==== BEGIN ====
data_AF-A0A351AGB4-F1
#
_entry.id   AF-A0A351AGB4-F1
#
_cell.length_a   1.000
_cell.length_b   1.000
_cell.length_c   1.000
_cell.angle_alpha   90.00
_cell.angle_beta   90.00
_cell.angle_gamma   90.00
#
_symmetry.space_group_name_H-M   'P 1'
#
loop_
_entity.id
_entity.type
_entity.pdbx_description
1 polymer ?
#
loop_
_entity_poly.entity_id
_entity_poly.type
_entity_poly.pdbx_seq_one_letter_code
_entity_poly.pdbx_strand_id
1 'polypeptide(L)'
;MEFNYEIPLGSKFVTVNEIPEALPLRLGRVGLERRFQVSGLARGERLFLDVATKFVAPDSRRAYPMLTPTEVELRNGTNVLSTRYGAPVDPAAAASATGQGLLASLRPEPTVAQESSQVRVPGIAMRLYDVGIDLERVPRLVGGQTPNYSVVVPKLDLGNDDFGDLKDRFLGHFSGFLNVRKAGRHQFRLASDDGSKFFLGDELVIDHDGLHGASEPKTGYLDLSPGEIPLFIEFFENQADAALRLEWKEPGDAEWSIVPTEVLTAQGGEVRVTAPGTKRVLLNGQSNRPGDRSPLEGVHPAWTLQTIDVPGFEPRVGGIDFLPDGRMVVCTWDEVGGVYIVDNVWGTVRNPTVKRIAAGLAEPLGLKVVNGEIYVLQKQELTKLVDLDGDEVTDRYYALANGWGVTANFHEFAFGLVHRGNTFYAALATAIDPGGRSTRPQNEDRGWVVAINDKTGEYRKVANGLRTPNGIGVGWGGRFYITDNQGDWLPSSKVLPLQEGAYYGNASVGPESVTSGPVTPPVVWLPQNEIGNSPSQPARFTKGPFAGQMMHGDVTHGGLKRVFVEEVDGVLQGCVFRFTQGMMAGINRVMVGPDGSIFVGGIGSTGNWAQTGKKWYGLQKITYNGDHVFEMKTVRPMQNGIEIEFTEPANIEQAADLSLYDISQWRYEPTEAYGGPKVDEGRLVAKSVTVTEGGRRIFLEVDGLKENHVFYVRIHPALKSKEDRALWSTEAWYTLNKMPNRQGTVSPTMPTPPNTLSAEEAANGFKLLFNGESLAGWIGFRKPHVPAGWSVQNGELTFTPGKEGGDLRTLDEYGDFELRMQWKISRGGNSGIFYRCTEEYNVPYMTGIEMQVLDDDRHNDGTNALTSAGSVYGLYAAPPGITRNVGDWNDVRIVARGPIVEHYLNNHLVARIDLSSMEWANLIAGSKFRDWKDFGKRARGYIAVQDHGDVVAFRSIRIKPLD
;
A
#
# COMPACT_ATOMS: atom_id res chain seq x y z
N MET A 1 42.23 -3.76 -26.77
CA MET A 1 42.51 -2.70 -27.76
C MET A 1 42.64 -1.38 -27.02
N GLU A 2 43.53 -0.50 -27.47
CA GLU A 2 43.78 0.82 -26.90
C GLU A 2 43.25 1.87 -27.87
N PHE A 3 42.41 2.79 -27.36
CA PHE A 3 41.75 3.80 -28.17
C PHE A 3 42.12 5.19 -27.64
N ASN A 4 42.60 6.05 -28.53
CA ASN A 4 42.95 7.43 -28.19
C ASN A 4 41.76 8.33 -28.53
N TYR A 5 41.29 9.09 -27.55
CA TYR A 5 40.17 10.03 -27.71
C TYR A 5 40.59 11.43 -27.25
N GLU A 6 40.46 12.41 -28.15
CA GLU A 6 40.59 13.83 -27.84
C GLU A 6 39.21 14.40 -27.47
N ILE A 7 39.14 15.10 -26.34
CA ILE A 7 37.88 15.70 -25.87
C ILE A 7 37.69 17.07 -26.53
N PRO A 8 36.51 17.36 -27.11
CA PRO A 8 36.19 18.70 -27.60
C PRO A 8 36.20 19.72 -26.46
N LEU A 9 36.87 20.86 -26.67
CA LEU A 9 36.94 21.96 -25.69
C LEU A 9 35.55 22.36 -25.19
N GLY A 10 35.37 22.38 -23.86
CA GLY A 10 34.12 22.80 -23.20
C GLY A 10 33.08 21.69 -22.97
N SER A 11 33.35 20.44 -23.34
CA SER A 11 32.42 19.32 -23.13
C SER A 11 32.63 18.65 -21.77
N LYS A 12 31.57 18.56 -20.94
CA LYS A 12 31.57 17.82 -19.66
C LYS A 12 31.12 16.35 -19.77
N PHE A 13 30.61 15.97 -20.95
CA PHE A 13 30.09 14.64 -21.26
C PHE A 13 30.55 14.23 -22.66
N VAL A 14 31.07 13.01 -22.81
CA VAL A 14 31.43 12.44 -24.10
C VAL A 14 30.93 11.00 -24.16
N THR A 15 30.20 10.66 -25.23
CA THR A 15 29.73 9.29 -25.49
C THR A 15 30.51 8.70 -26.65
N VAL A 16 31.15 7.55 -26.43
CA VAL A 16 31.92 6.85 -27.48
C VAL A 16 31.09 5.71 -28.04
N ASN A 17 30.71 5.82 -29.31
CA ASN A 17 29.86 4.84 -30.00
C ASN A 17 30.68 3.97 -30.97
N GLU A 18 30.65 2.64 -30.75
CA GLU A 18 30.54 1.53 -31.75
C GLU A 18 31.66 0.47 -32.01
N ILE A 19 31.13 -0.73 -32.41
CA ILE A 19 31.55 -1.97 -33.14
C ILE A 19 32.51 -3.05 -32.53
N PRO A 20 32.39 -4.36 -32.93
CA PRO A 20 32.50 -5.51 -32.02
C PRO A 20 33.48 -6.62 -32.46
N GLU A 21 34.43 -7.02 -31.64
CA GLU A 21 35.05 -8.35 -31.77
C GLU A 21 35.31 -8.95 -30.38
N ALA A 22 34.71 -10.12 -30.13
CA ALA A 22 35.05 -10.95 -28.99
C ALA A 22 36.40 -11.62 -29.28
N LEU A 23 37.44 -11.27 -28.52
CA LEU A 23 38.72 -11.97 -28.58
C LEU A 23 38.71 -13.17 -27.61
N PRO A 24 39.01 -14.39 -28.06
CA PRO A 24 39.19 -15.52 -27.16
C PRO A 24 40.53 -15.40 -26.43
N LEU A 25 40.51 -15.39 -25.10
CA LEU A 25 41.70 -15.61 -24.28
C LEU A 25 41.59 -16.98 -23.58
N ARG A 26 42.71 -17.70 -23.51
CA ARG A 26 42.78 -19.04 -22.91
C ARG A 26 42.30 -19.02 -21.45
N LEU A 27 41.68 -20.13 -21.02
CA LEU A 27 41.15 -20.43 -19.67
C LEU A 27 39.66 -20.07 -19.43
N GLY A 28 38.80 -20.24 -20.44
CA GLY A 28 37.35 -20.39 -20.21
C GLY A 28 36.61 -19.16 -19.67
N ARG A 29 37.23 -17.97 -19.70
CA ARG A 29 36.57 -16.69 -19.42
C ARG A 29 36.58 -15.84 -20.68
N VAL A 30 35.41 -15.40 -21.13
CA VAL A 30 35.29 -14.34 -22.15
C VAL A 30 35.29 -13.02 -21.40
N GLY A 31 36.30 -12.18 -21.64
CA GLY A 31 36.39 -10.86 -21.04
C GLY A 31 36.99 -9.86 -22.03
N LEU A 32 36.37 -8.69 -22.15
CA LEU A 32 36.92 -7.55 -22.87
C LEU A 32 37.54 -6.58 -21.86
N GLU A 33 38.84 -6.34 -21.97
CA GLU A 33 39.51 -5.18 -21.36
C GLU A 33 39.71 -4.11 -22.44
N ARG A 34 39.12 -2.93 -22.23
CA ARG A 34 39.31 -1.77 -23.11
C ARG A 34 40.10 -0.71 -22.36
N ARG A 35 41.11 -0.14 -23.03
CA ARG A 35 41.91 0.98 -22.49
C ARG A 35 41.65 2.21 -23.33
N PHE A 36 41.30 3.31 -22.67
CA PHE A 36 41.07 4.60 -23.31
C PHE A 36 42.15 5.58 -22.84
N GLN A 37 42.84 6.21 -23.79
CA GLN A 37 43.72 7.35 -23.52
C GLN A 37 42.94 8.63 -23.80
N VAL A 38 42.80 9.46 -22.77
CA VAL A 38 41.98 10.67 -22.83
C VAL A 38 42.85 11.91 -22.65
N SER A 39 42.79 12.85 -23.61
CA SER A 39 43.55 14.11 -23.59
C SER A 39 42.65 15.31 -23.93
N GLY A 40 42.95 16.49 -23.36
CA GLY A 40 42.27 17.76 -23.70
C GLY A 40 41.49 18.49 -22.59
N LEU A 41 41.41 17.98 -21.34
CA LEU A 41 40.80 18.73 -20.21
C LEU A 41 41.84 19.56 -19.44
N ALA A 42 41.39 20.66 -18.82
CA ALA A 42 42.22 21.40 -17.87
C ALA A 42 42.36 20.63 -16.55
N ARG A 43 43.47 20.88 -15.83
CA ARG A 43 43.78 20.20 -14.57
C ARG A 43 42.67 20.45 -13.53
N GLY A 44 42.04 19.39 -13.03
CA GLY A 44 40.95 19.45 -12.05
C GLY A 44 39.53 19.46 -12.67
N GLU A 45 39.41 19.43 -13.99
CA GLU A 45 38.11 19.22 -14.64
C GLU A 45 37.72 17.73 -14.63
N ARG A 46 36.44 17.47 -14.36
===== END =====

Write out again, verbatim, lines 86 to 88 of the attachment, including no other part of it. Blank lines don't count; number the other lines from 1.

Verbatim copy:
CA ILE A 19 31.55 -1.97 -33.14
C ILE A 19 32.51 -3.05 -32.53
N PRO A 20 32.39 -4.36 -32.93